Look for peaks and valleys but remember this metric may be driven by user behavior. For instance, you may find a longer Time on Site for users during the day than at night.
SEE ALSO: The power of content and copy writing
6. Pages Per Visit
This metric measures the number of pages visited during a visitor session. It is an indication of how successful your pages are at maintaining a visitor’s focus and attention. Remember, bored visitors leave; those who stay are highly engaged with your content and choose to view more pages.
It makes sense to analyze this metric the way you would Time on Site. Naturally, both of these metrics should rise and fall together. If not then dig into visitor flows to find out what your users are doing.
7. Conversion Rate
This metric is my favorite and is very important in digital marketing. A Conversion Rate is generally defined as the percentage of visitors to a website that “converted” by a desired activity such as making a purchase or filling out a form.
This metric is important as it is the culmination of one major stage of engagement: the user has been adequately convinced by your site’s offerings to spend time, and/or money to convert.
Under your Google Analytics account go to Conversions > eCommerce. Although this requires additional steps, it will definitely benefit you in the long run. Conversion rates generally fluctuate since they are affected by site content changes and/or marketing campaigns.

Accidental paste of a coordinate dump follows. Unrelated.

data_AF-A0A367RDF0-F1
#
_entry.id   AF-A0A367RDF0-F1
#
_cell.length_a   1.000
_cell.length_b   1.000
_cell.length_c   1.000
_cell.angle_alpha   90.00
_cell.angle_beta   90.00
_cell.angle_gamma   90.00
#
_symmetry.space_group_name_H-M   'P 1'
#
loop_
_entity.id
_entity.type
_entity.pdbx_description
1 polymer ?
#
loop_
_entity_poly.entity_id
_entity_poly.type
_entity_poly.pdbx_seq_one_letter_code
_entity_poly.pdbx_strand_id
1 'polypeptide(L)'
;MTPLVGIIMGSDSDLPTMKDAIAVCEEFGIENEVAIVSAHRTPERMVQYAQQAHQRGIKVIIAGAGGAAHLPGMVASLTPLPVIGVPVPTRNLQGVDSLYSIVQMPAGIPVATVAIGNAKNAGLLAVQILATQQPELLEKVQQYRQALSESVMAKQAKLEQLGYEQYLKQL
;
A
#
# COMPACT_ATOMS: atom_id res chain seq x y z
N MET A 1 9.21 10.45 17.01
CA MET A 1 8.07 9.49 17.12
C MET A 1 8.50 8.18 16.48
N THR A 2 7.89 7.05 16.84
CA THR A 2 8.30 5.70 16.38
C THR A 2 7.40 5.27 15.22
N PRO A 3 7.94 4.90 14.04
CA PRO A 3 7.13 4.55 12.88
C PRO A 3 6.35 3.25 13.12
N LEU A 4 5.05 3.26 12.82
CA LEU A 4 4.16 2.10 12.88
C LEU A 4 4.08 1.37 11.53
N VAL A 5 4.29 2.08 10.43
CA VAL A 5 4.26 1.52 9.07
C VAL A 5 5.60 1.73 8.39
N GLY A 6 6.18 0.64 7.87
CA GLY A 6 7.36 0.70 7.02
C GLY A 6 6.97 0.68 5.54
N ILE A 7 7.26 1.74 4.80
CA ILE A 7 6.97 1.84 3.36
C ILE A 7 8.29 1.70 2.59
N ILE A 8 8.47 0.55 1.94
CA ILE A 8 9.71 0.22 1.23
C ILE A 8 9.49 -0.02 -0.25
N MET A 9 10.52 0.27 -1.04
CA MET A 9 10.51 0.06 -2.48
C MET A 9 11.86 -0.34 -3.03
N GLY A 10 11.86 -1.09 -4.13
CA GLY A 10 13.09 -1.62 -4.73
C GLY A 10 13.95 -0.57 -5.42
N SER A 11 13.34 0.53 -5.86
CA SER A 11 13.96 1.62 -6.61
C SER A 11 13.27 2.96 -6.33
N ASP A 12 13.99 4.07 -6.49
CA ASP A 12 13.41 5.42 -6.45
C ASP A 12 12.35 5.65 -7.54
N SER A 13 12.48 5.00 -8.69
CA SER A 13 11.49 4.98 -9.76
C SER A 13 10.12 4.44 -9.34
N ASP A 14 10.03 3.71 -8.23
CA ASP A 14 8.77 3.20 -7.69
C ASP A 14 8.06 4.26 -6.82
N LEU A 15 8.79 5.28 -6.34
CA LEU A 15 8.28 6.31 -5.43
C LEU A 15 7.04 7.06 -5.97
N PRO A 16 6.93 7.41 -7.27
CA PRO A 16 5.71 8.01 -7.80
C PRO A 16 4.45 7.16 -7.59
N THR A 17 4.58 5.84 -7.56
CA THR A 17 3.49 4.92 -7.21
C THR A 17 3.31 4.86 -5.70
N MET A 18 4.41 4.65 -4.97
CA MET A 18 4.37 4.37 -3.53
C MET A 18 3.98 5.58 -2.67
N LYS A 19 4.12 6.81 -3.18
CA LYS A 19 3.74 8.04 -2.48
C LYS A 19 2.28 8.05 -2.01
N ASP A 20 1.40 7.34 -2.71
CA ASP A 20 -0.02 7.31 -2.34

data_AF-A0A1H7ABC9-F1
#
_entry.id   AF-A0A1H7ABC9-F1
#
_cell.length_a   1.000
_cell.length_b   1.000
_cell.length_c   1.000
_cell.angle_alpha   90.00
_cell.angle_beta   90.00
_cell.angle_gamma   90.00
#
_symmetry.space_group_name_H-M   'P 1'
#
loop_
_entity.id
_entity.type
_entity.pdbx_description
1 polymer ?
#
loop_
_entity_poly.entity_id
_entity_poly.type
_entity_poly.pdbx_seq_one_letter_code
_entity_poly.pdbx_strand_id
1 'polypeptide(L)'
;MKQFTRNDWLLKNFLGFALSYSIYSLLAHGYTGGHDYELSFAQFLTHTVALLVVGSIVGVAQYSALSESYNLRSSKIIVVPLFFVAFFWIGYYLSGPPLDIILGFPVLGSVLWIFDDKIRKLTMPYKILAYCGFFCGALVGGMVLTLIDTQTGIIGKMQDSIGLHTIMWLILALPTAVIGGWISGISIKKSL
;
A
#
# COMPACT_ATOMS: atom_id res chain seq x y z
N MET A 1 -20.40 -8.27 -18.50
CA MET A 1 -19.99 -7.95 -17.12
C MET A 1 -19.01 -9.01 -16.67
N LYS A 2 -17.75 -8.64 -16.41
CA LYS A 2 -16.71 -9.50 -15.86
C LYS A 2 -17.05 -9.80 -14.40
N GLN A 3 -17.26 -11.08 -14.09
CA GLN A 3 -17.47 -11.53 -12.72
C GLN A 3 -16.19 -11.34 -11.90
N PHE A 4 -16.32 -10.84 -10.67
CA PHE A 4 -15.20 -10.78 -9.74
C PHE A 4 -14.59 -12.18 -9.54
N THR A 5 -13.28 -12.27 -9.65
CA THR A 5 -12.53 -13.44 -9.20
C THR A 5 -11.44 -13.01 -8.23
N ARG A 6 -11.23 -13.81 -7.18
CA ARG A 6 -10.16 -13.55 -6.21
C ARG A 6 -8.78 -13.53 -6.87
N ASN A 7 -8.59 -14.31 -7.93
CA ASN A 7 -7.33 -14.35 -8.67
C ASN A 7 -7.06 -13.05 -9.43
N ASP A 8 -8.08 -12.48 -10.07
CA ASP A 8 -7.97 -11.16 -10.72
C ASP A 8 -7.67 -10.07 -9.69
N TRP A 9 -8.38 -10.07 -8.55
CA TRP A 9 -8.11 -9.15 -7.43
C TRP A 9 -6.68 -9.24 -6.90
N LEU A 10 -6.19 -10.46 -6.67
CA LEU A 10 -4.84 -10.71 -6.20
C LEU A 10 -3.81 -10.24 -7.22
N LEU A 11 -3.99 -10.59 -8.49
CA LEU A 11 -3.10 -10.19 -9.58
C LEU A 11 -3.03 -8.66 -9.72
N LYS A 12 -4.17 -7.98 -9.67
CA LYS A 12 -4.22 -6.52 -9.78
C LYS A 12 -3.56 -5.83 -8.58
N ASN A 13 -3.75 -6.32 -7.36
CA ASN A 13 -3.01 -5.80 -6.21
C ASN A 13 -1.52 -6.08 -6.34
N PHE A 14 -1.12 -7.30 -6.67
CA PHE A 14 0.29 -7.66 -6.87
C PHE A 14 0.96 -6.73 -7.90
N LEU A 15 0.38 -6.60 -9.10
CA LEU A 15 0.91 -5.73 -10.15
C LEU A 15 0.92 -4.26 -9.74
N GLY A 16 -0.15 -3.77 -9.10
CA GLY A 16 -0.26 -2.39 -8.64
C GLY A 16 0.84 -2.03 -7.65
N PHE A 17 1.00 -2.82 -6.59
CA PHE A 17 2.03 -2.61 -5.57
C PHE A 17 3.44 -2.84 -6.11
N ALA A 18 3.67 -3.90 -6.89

Thought leaders generally speak of a site generating a 2% conversion rate or above 1% for eCommerce sites. If you find your conversion rate being lower than 2%, then there are likely step you can take to improve it.
8. Abandonment Rate
Abandonment Rate is the percentage of visits that initiated some conversion activity on your site but did not finish that activity. This metric is interesting as it indicates the perceived difficulty of a task and the amount of effort the users assumes will be required to complete that task. High abandonment rates are often attributed to user experience and design features, performance problems, and unclear messaging (especially in product or check out pages).
You must set up “Goals” in Google Analytics. Once set up, you can dive into this metric the same way you do conversion rate: charting the changes by time increment and comparing it against fluctuation in traffic.
For eCommerce sites, abandon rates are high with 75% being the Internet average.
Order value measures the average monetary value per customer who made a purchase or transaction on the site. The formula is:
revenue generated / number of orders taken
This metric is key for eCommerce sites as it indicates how well your site convinced a visitor to purchase.
Increasing order value is typically accompanied by an increase in conversion rate. Pages that are 2 seconds slower have a 4.3% drop in per-user revenue.
When you consider ways in which you can improve your site, you must consider revenue as a metric. If you use your site to simulate revenue understand how these other nine metrics contribute to your bottom line. Know that higher abandonment rate can lower conversion rate; longer Time to Start Render can increase bounce rate and abandonment, and decrease order value; and longer Time to Display can reduce average order value. In one way or another, each of these metrics affects revenue and your site’s potential for profit.
The reason I include revenue here is to drive home the point that your site’s performance in all of the metrics on this list can and do influence revenue, and should be taken seriously.